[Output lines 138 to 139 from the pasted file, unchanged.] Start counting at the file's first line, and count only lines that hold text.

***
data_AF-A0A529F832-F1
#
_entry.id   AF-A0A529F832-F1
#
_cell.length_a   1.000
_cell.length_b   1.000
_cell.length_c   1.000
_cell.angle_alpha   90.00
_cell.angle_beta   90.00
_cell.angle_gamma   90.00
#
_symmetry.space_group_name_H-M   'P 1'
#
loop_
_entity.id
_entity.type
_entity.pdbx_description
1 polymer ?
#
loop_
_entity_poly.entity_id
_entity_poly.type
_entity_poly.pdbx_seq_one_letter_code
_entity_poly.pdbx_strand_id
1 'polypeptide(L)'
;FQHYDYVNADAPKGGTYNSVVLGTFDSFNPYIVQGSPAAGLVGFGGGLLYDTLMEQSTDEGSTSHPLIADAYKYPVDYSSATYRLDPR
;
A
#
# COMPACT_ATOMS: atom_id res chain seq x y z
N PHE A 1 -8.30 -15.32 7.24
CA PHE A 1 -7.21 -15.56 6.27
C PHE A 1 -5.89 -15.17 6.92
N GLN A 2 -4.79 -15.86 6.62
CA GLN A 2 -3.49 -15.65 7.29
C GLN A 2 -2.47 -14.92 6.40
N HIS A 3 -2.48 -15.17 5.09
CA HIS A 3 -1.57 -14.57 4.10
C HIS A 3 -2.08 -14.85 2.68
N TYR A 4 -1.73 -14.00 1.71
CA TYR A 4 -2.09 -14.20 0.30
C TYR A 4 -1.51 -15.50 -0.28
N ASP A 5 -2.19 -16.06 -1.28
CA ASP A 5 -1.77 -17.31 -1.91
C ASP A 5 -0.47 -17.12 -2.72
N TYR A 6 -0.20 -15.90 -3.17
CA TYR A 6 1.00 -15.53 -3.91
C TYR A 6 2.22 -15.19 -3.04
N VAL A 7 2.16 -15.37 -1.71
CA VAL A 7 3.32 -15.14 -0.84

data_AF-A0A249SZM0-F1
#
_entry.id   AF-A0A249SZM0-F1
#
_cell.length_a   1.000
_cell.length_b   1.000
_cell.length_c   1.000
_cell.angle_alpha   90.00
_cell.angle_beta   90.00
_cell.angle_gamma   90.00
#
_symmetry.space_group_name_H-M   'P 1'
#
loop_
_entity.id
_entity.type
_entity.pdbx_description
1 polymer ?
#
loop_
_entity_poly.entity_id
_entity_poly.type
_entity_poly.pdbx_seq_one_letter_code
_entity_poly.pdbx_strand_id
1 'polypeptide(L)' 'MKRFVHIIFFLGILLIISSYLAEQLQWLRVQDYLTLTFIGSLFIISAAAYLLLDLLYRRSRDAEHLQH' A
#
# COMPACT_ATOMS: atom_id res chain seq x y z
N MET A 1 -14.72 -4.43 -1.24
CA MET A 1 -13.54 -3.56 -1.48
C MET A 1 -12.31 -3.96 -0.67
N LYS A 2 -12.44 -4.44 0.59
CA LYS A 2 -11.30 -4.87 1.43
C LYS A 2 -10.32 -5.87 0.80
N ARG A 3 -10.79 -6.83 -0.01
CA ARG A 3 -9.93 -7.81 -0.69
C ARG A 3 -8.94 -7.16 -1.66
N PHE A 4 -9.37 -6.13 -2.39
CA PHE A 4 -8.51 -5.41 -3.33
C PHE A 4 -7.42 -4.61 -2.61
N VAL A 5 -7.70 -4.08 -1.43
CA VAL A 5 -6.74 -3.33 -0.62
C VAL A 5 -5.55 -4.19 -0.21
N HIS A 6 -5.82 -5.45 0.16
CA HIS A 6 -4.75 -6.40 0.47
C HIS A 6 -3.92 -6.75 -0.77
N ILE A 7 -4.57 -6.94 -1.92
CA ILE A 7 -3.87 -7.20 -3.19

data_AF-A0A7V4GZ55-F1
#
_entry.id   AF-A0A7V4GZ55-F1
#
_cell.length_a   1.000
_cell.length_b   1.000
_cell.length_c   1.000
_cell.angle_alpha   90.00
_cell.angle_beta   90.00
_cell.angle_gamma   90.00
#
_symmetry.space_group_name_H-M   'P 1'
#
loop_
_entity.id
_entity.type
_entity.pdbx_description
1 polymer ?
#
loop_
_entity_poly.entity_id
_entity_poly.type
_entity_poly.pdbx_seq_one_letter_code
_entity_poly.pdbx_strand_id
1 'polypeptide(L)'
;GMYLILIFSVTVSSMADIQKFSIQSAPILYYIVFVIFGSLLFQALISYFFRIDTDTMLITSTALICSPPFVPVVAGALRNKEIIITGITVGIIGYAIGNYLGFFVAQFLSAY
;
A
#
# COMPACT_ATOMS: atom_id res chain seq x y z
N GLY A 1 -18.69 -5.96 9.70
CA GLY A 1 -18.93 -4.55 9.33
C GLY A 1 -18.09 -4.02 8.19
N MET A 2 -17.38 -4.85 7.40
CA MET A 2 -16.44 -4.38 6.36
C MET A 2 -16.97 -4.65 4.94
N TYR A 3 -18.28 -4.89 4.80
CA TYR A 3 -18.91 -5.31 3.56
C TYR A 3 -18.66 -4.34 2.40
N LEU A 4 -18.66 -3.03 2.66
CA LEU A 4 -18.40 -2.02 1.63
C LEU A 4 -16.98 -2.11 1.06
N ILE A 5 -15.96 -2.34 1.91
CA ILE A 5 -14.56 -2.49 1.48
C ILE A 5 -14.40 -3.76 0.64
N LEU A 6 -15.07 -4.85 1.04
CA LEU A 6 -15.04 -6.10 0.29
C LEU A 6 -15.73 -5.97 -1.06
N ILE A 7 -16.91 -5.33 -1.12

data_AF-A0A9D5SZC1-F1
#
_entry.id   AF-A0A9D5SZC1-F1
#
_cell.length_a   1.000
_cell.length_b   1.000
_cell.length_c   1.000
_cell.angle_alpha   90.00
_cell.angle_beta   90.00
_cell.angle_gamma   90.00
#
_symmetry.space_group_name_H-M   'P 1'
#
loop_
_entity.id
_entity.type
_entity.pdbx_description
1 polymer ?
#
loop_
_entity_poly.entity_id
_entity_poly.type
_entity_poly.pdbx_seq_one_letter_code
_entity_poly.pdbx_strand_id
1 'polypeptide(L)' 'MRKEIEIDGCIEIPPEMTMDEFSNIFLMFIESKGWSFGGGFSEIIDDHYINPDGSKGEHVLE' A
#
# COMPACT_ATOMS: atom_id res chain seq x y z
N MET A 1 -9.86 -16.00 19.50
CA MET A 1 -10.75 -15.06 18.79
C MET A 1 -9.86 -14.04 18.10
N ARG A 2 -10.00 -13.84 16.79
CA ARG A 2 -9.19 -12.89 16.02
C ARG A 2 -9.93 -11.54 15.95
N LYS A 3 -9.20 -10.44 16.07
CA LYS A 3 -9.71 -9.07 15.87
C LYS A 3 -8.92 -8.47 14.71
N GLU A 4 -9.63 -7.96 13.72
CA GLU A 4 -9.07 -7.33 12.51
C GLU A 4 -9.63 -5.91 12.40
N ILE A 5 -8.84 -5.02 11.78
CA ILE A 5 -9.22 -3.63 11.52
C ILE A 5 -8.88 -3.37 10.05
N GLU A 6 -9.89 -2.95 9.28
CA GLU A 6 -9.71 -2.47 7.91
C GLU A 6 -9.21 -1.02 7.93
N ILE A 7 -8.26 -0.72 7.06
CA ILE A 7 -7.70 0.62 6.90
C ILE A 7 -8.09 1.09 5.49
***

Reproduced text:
CA LEU A 4 -18.40 -2.02 1.63
C LEU A 4 -16.98 -2.11 1.06